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Post details: Achilles Heel of Democracy

Achilles Heel of Democracy

The following excerpt is usually attributed to Alexander Tytler although there is reasonable doubt that he actually said it. But the quote is so suitable for the introduction of the problem I am going to write about that there is little point in trying to reformulate it:

"A democracy is always temporary in nature; it simply cannot exist as a permanent form of government. A democracy will continue to exist up until the time that voters discover that they can vote themselves generous gifts from the public treasury. From that moment on, the majority always votes for the candidates who promise the most benefits from the public treasury, with the result that every democracy will finally collapse due to loose fiscal policy, which is always followed by a dictatorship"

I think many thinkers have been aware of the conundrum of effective governance over the past few centuries and many of them attempted to devise ingenious mechanisms to resolve it - mostly by restricting suffrage one way or another. Some advocated that the voting rights should be limited to people of considerable wealth, some suggested a voting fee, some preferred to use education or familiarity with the current affairs as the decisive criterion, but at the end of the day every approach seemed to have created some form of discrimination or injustice. Electoral braces are the trickiest piece of political dentistry.

Last week I was reading one of the Czech online newspapers and some sensible soul there suggested a solution which I consider both just and practical, i.e. worthy of implementation.

When you come to the polls you will be given the following choice. Either you get a $20 bill or you get the ballot, but not both. This way only voters who care enough about public affairs to forgo this monetary reward will be given the opportunity to influence them. Note that this does not prevent even the poorest citizens from participating in the election. There is nothing to lose, and there is no restriction on wealth. If you are passionate enough to have your voice heard then twenty bucks shouldn't drag you away from the booth. I would even argue that making such personal sacrifice will in fact make you a better citizen, since you will want to be sure that the person you vote for is worth it.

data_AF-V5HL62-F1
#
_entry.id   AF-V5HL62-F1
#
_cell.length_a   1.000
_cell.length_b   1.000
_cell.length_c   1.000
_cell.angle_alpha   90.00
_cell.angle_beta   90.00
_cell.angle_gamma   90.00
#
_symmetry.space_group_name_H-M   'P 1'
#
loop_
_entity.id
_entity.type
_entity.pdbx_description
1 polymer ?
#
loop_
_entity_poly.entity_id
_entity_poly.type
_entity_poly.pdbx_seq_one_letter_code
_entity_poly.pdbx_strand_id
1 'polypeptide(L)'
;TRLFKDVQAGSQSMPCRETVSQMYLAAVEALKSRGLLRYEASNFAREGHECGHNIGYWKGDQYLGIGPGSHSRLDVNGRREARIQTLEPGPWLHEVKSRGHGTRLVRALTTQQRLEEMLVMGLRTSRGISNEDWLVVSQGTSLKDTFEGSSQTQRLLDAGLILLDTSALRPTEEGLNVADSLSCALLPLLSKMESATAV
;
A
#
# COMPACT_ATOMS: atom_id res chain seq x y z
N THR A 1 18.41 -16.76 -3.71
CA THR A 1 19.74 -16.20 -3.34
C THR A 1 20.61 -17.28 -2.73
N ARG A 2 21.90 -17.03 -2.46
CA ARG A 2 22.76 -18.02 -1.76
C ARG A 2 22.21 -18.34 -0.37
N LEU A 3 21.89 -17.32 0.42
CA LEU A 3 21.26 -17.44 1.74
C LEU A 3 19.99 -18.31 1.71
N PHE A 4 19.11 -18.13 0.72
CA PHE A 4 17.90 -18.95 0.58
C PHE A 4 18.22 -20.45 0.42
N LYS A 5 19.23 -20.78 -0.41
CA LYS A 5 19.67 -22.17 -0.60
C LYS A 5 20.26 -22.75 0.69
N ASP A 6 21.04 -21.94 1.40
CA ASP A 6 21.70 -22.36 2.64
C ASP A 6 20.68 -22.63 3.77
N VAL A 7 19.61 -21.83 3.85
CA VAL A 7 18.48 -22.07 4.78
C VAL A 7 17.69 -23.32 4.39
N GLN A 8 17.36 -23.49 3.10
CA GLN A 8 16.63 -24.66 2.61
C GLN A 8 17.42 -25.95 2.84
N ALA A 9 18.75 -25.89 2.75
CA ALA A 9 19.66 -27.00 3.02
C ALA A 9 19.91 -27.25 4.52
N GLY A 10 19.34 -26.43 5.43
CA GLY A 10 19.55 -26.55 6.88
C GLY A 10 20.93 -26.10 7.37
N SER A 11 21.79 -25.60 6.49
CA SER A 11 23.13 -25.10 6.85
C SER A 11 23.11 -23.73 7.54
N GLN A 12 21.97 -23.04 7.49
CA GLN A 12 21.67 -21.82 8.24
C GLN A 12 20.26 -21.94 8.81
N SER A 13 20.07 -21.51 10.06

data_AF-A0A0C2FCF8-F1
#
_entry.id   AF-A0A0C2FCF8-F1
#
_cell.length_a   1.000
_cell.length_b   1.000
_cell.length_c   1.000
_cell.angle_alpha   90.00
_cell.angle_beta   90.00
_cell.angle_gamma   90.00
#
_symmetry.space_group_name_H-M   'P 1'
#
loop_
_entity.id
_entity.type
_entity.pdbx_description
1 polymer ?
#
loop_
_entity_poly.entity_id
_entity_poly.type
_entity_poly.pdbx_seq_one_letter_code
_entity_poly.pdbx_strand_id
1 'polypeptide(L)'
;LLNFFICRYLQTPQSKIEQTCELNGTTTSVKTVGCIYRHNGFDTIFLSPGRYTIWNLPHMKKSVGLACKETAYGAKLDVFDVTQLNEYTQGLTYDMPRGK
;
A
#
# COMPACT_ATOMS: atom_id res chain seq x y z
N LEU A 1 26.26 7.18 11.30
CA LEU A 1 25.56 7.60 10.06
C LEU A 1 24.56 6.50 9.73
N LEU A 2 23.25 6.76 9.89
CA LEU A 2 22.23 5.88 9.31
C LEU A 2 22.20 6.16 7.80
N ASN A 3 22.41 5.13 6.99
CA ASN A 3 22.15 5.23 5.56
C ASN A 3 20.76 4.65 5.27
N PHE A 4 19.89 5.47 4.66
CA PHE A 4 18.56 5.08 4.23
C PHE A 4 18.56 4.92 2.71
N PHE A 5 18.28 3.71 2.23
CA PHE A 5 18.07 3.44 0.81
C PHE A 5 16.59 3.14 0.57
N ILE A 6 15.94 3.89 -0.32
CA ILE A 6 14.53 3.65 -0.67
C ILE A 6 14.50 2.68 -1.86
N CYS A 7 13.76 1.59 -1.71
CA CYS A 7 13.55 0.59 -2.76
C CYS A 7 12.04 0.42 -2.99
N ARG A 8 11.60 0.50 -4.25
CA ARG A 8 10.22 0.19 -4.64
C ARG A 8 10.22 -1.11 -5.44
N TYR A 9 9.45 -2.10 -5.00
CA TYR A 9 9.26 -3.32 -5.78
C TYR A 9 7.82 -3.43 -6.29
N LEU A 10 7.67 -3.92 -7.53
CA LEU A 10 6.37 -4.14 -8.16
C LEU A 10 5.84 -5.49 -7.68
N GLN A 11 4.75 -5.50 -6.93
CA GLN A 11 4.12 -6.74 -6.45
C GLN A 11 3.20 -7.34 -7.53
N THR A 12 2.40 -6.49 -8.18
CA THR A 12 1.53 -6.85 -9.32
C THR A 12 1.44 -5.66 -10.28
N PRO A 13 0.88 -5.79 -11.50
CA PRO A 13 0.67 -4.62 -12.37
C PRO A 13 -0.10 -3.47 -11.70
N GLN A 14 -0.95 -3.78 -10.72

On the other hand, the voters who don't give a hoot about the issues and toss their vote to whichever name they see displayed at their local intersection might be tempted to take the bait and walk away with the money. And that's the whole point: to dissuade the electoral segment that Tytler's quote warns about from turning the elections into a mindless overspending contest.

And the cost? In the last election, the turnout was about 120 million. If half of them choose the money, it would cost $2.4 billion. That is a pretty reasonable amount, considering that Ben Bernanke prints $85 billion every single month. Especially if it led to more responsible government.

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